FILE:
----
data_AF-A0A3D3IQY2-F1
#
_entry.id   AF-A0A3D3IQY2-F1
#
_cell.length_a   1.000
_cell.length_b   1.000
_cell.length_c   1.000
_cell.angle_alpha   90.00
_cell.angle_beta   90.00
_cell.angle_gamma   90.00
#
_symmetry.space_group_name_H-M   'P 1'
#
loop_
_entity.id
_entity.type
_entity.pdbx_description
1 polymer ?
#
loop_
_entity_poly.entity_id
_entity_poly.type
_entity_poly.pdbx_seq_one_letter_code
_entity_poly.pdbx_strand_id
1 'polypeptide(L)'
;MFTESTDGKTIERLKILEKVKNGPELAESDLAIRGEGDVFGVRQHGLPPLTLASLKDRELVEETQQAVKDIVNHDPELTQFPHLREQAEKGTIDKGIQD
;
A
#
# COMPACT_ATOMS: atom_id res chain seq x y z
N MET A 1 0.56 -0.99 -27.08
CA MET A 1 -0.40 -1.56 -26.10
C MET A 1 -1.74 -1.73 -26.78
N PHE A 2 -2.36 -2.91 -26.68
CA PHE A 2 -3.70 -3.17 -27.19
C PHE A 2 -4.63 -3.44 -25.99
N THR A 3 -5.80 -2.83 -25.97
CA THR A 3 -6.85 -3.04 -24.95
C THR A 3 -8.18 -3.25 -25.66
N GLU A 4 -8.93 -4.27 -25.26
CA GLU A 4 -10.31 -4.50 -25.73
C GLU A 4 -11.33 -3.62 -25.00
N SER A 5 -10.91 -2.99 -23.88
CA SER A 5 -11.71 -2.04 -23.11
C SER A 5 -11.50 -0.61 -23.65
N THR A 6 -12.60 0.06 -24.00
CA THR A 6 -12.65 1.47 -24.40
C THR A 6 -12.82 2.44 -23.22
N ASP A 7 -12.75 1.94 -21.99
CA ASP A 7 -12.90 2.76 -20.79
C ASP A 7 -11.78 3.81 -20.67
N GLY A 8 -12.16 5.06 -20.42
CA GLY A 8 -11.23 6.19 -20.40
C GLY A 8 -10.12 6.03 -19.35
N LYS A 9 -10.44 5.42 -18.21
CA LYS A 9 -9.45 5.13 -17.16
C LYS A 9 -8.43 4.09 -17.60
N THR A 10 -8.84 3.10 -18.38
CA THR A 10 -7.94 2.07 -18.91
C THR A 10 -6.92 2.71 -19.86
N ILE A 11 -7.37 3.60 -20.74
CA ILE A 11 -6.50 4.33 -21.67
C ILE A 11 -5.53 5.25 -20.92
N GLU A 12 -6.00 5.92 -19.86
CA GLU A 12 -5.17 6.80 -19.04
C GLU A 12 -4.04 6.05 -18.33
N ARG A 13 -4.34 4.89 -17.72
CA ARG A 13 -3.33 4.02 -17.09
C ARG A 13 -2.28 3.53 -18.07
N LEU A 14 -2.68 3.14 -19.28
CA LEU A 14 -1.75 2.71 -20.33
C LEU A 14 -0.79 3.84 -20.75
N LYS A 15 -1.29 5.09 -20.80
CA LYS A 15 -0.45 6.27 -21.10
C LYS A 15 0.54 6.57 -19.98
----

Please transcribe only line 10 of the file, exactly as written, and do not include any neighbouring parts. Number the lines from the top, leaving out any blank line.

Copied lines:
_cell.angle_gamma   90.00